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Application of a portable XRF analyzer to investigate the medieval wall paintings of Yemrehanna Krestos Church, Ethiopia

Despite the large body of ancient Ethiopian works of art in the form of murals, icons, and illuminated manuscripts, the physicochemical examinations carried out on them are few. This study is an in situ investigation of the wall paintings in the early 12th century Yemrehanna Krestos Church, Ethiopia. Fast, onsite, nondestructive analysis of the painting materials was carried out using a portable X‐ray energy fluorescence dispersive spectrometer. It is believed to be the first onsite technical examination of Ethiopian mural paintings. This work resulted in information about the painting materials and the existence of different painting programs. The analysis revealed that the main pigments were red and yellow ochre, minium, cinnabar, orpiment, gypsum, lead, and white and carbon black; those typically employed in medieval times with no indication of later conservation–restoration intervention. Correlation between concentration of elements and multivariate statistical analysis was used to identify the most probable compounds and to classify sets of pigments used in two painting programs. The portable X‐ray energy dispersive fluorescence spectrometer analyzer is found valuable to guide the in situ analysis and assess potential sites for microsampling for further investigations with complementary analytical techniques. However, in this expedition, we were unable to collect sufficient microsamples to warrant adequate complementary analyses. Characterization and documentation of the materials of the church murals support art historical studies and eventually conservation intervention plans. Copyright © 2013 John Wiley & Sons, Ltd.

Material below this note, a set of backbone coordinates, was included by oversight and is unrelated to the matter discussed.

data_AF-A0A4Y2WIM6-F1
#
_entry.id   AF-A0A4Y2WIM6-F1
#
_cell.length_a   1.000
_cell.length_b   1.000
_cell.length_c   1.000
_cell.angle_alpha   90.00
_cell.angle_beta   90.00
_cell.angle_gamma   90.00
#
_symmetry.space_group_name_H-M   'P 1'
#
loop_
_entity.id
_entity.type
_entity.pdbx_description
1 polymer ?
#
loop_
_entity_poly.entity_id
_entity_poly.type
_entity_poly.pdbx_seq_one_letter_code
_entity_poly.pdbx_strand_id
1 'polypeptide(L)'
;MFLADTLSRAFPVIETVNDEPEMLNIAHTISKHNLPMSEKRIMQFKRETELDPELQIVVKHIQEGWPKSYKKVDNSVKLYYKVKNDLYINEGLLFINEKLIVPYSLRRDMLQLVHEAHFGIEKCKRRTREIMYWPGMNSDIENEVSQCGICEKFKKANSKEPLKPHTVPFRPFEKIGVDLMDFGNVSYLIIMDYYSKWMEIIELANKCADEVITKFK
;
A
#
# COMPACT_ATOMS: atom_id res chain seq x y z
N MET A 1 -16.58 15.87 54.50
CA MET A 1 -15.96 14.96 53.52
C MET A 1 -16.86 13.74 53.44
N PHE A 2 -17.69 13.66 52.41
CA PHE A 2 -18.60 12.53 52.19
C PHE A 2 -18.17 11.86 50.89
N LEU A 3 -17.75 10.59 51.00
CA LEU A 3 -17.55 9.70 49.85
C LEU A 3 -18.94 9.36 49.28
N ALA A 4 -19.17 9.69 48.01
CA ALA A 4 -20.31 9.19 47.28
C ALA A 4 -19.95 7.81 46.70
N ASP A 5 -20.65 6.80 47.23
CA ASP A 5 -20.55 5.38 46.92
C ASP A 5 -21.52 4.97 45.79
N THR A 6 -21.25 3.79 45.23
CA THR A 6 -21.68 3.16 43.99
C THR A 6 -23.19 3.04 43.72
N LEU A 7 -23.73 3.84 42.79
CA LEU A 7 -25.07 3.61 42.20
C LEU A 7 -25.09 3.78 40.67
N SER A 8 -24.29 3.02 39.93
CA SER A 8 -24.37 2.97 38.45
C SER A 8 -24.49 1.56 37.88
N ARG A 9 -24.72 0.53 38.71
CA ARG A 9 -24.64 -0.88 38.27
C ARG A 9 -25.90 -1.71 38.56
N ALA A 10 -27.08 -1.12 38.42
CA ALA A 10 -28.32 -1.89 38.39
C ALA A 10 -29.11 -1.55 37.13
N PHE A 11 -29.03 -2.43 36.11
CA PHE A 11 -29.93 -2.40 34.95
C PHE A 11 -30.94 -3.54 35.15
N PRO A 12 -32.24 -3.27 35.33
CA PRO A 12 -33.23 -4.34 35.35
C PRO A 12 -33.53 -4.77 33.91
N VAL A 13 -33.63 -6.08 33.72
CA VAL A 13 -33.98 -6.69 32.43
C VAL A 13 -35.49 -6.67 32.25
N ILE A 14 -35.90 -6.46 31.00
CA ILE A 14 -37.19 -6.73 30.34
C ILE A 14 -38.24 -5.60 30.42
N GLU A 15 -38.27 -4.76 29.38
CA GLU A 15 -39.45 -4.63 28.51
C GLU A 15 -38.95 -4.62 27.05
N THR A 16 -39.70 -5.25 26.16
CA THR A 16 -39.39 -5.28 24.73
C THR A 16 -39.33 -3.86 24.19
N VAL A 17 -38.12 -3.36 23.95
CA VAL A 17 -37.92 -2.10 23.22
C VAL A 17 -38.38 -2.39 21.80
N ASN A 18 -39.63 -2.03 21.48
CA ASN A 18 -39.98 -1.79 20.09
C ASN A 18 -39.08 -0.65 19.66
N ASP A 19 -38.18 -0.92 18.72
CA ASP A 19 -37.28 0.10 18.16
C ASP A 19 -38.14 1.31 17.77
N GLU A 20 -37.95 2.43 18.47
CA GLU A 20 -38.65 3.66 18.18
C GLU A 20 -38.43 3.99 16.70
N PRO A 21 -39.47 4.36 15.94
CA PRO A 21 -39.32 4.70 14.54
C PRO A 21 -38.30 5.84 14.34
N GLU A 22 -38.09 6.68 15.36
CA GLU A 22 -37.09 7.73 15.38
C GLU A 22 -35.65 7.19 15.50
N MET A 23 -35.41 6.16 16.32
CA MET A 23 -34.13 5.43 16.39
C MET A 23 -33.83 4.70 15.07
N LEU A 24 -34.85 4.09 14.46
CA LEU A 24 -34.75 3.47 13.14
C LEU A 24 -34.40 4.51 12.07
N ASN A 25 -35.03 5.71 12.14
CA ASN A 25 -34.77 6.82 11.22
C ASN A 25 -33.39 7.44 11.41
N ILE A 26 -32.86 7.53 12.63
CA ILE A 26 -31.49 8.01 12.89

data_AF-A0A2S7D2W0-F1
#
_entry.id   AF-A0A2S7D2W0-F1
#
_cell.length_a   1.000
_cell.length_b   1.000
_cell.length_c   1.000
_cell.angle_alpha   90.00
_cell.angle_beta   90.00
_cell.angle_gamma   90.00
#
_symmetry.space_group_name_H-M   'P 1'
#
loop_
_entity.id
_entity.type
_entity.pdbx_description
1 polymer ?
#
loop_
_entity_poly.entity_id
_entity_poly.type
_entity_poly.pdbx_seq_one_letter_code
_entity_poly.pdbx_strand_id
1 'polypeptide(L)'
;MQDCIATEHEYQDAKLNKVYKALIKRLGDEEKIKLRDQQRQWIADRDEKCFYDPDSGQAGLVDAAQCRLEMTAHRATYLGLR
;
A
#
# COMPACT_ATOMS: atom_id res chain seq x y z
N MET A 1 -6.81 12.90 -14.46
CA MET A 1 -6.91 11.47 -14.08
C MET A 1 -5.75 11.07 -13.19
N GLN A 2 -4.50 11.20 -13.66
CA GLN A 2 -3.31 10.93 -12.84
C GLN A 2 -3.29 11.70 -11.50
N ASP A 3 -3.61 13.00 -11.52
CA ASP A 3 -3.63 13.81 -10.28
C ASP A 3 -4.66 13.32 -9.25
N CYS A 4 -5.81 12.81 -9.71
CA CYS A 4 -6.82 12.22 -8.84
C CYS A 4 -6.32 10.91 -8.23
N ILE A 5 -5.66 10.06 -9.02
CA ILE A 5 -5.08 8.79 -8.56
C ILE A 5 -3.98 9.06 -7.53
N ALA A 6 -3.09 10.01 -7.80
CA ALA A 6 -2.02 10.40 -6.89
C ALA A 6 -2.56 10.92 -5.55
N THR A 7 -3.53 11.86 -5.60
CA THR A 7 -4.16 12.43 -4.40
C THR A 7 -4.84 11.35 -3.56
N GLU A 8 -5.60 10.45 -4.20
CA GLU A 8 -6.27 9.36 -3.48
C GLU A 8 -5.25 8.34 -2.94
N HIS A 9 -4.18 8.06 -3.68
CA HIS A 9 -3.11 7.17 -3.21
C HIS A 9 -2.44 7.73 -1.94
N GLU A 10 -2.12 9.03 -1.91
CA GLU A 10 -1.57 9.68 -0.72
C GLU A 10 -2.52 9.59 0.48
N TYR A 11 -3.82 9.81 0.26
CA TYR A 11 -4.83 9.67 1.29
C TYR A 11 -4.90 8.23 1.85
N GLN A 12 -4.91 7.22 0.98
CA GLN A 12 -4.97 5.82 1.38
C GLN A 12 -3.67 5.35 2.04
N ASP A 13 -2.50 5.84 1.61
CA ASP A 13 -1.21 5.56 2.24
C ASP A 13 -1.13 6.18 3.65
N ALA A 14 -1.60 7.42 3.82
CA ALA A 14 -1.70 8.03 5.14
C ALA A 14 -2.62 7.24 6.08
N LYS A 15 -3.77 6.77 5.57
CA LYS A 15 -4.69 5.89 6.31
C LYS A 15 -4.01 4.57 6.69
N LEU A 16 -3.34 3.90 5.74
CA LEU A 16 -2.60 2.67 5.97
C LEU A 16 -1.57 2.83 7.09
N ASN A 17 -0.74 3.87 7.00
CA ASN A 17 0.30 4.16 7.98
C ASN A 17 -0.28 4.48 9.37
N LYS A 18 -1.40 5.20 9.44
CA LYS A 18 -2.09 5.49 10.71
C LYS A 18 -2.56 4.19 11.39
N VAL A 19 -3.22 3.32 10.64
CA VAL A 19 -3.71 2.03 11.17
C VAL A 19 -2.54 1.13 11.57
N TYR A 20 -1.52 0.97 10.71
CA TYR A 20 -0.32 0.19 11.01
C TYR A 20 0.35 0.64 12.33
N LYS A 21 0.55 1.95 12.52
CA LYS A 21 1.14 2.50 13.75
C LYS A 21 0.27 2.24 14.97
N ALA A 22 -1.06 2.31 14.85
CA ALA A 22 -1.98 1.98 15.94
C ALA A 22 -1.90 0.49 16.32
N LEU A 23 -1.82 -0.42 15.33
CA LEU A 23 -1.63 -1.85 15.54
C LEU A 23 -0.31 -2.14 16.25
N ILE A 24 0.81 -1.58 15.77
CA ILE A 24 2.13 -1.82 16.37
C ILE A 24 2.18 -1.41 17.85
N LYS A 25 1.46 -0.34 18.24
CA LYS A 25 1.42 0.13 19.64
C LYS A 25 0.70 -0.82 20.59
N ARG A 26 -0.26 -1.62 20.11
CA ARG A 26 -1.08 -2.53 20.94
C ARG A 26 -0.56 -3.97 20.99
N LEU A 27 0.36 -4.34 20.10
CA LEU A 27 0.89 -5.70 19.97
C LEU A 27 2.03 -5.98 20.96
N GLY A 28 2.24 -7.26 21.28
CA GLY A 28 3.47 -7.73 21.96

Authors:   Kidane Fanta Gebremariam, Lise Kvittingen, Florinel‐Gabriel Banica
Journal:   X-Ray Spectrometry
Year:   2013
Pages:   n/a
DOI:   10.1002/xrs.2504
Publication date:   09-Jul-2013
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